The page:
The impact of stop-and-frisk policing on a South Bronx community
What’s it like to be stopped and frisked by the police while walking home from the supermarket with your young children? How does it feel to receive a phone call from your fourteen-year-old son who is in the back of a squad car because he laughed at a police officer? How does a young person of color cope with being frisked several times a week since the age of 15? These are just some of the stories inNo Place on the Corner, which draws on three years of intensive ethnographic fieldwork in the South Bronx before and after the landmark 2013Floyd v. City of New York decision that ruled that the NYPD’s controversial “stop and frisk” policing methods were a violation of rights.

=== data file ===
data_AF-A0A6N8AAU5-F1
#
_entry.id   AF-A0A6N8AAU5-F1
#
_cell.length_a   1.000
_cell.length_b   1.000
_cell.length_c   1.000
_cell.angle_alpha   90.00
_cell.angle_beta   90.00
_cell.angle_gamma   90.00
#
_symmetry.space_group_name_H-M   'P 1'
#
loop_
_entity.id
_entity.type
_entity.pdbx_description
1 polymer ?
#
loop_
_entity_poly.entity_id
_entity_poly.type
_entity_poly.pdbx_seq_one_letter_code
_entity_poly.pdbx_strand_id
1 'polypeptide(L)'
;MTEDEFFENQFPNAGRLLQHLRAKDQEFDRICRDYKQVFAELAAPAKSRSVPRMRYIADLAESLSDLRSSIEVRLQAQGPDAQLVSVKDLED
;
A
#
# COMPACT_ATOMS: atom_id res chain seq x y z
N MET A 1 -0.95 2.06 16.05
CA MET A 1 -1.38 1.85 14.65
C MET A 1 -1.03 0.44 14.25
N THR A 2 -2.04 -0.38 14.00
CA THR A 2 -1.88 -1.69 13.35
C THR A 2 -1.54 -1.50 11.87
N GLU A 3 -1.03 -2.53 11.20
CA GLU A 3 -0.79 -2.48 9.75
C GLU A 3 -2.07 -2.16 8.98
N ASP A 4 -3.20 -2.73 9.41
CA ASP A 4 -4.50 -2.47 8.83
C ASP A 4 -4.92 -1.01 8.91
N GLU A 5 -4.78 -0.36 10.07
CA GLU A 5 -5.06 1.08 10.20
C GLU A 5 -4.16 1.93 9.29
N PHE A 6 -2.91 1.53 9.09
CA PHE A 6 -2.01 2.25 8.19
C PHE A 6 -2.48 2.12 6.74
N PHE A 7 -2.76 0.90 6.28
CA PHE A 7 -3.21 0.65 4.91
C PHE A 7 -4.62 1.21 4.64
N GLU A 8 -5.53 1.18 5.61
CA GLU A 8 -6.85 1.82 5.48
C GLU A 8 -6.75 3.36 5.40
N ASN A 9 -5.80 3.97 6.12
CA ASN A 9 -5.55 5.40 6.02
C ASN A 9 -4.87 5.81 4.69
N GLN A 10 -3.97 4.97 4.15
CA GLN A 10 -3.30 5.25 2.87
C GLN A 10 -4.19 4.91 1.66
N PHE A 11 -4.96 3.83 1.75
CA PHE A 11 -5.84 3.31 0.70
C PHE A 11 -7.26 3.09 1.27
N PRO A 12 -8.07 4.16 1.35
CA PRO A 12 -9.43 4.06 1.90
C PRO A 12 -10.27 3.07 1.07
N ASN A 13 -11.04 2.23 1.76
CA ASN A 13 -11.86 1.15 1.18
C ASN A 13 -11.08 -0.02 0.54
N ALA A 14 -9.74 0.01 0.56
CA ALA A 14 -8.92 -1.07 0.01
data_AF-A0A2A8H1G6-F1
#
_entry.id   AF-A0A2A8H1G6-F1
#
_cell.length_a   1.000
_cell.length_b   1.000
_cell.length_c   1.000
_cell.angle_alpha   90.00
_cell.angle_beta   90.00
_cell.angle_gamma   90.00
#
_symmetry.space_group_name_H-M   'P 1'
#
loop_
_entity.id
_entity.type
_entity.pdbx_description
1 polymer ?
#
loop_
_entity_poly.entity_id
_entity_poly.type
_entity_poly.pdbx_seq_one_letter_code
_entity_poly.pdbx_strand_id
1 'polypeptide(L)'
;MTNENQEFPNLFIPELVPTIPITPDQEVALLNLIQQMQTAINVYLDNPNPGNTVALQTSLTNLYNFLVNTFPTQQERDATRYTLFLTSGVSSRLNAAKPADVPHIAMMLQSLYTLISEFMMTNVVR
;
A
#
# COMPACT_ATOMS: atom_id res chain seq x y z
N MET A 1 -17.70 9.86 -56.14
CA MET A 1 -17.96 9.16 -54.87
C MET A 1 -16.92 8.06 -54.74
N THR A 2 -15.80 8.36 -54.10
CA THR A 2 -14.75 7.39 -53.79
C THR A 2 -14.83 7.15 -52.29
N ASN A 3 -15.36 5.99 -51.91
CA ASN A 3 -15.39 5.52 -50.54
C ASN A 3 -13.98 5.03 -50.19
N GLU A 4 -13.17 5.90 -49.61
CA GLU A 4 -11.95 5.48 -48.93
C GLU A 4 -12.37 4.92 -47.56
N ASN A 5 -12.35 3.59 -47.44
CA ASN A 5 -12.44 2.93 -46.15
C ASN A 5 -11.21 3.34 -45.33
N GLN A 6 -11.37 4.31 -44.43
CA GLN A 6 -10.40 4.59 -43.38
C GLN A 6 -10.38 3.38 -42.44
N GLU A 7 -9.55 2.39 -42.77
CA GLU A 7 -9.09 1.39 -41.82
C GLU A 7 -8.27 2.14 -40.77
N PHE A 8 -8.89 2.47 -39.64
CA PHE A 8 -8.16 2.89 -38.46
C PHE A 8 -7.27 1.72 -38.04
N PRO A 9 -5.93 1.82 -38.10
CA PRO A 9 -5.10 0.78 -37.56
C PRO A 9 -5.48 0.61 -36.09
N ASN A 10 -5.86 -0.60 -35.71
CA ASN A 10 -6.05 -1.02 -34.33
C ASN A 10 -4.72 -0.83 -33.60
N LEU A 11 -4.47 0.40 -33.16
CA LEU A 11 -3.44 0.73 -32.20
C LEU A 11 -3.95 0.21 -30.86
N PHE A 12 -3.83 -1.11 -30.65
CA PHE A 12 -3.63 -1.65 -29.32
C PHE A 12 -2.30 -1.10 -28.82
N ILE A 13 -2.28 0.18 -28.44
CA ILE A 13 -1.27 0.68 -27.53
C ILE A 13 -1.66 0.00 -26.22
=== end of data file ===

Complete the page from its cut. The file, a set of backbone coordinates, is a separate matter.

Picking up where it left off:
Through riveting interviews and with a humane eye, Jan Haldipur shows how a community endured this aggressive policing regime. Though the police mostly targeted younger men of color, Haldipur focuses on how everyone in the neighborhood—mothers, fathers, grandparents, brothers and sisters, even the district attorney’s office—was affected by this intense policing regime and thus shows how this South Bronx community as a whole experienced this collective form of punishment. One of Haldipur’s key insights is to demonstrate how police patrols effectively cleared the streets of residents and made public spaces feel off-limits or inaccessible to the people who lived there. In this way community members lost the very ‘street corner’ culture that has been a hallmark of urban spaces. This profound social consequence of aggressive policing effectively keeps neighbors out of one another’s lives and deeply hurts a community’s sense of cohesion.
No Place on the Corner makes it hard to ignore the widespread consequences of aggressive policing tactics in major cities across the United States.